Jake Frackson

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Shame is a hinderance to education.

In Brené Brown's "Listening to Shame," she describes the difference between guilt and shame: guilt is "I made a mistake" and shame is "I am a mistake." By accepting these definitions, can it not be assumed that shame is not needed in schools? If shame is a personal opinion of oneself, is it not then only a hinderance to gaining an education?

In an article that I wrote recently(jakefrackson.wordpress.com - You Should be Ashamed of Yourself), I discuss shame and its role in education systems. I explore the use of shame and why, I believe, it is not necessary.

Working with the definition of shame above, is shame a hinderance to education?

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    Nov 2 2012: Just a personal humble opinion. Shame is not a hinderance to education because Shame doesn't derive solely from the mistakes made or opportunities missed in school. It happens anywhere and everywhere in circumstances where you feel you could've done better as an individual. It is an emotion and a state of mind, we can't just dismiss it as unnecessary. It can only be a hurdle to run away from, or a stepping stone. Its a development we all go through and before anyone can say its unnecessary, half the world has learnt/ gain from feeling ashamed. Cos sometimes you learn so much more when it hits you where it hurts. If 1 has no sense of shame, we'd all be running around naked in Walmart.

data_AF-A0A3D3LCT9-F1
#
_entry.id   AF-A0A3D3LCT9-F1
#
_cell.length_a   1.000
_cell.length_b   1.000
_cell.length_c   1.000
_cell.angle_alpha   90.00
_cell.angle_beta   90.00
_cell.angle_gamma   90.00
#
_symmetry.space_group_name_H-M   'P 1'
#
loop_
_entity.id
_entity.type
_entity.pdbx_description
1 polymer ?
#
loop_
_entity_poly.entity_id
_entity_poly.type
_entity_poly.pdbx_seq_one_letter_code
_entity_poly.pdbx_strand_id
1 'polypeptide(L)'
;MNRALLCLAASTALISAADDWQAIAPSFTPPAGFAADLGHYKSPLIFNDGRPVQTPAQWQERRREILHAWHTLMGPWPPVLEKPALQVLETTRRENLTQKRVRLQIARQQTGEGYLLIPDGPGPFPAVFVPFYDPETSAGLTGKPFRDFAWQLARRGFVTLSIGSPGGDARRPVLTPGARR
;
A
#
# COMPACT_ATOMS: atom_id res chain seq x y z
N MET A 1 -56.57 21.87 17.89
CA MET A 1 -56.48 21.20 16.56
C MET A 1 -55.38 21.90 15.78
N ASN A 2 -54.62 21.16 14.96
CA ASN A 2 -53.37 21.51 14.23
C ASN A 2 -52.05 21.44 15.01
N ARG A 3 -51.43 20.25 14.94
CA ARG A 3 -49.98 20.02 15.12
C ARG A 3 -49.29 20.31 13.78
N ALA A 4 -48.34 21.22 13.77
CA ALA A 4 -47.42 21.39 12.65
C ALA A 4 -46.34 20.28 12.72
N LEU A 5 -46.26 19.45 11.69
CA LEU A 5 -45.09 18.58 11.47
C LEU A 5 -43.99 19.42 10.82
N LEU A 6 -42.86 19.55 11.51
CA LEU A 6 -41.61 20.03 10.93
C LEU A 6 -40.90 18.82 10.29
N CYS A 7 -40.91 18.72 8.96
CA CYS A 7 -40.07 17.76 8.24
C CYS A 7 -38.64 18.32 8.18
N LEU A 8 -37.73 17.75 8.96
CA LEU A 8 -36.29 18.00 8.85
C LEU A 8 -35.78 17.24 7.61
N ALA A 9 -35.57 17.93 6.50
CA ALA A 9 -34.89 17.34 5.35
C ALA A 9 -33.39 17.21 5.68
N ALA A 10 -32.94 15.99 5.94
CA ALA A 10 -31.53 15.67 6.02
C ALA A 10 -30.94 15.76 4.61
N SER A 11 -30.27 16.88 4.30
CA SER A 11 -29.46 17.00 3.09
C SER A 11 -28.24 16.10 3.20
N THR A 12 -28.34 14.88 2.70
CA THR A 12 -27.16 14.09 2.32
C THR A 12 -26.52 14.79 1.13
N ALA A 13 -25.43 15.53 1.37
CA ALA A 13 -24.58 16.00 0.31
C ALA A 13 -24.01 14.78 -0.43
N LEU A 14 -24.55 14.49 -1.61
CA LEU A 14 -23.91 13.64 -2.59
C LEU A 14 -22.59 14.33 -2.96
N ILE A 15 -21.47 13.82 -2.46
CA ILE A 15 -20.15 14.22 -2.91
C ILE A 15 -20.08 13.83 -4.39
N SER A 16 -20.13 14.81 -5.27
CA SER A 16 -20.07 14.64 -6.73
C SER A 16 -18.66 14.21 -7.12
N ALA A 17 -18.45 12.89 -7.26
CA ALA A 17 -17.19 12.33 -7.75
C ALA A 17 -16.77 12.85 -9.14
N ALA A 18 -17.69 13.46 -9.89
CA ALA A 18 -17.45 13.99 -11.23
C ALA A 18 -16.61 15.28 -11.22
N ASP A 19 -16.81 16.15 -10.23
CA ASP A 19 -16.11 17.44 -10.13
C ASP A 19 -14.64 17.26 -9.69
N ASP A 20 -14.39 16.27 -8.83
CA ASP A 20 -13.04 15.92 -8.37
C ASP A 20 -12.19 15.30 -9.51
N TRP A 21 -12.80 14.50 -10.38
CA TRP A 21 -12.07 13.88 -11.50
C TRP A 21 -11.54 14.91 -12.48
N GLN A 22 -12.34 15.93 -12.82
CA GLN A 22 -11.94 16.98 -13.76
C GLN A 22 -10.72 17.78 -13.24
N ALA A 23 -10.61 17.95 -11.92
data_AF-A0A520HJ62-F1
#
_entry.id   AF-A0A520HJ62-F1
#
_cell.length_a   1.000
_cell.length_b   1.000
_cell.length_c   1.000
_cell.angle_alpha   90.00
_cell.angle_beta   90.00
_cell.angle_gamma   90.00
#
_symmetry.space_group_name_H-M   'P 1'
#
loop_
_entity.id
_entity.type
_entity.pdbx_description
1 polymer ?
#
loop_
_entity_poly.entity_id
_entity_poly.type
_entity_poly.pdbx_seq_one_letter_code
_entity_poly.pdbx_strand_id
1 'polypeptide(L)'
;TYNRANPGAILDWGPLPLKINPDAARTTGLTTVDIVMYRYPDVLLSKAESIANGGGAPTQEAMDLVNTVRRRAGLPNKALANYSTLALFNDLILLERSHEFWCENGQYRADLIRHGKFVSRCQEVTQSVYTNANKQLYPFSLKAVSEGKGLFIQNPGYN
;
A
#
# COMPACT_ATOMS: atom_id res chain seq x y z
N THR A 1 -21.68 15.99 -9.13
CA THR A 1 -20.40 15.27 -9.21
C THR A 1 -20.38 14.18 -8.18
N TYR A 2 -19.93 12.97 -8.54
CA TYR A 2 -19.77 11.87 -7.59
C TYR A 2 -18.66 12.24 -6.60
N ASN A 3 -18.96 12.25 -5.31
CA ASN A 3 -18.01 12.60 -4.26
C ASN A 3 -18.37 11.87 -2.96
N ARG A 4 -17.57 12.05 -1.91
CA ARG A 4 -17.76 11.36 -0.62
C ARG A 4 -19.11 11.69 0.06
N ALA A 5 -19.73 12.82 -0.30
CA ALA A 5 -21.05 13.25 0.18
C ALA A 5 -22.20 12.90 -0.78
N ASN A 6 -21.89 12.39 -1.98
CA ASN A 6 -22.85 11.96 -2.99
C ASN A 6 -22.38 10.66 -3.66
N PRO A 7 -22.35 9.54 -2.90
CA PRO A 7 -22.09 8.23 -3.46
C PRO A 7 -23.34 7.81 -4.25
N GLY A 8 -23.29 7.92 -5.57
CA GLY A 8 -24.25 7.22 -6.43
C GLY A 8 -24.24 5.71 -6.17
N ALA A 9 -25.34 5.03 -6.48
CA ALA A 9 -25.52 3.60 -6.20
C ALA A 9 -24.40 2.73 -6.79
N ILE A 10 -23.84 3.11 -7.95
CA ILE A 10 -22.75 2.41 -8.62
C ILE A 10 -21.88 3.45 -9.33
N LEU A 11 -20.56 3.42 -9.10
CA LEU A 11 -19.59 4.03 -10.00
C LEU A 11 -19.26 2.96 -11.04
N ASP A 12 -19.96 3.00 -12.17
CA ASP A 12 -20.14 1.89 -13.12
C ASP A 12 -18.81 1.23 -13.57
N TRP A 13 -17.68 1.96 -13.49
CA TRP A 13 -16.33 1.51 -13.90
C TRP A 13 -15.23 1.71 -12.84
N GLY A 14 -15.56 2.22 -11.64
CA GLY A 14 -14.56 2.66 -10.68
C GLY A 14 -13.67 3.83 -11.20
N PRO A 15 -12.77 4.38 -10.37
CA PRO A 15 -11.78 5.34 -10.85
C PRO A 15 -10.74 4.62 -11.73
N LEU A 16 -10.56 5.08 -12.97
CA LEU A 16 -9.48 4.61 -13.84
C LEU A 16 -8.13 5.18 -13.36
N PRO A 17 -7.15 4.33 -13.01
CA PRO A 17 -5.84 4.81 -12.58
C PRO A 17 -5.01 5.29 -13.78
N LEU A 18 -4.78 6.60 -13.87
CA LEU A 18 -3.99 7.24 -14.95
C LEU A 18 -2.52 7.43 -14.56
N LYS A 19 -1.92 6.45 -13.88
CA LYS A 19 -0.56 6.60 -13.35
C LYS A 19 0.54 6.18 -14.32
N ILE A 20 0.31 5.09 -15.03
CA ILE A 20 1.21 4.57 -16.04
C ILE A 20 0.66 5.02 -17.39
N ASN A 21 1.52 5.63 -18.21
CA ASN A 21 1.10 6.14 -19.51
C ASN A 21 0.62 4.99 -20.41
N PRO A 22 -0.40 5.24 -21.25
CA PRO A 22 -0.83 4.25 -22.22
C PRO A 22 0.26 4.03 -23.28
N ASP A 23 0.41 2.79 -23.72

• Nov 9 2012: As funny as the idea of people running around naked in Walmart is do you really think that's what kids would do if their teachers decided they shouldn't feel like mistakes? Because having a sense of dignity (and remaining fully clothed) isn't the result of shame.

      Where else does shame come from if not from mistakes or any effort someone else has deemed unacceptable? It's sourced in other people's reactions to you not your conscience.

      I do agree that you can use shame as a learning opportunity- to learn not to be ashamed of yourself.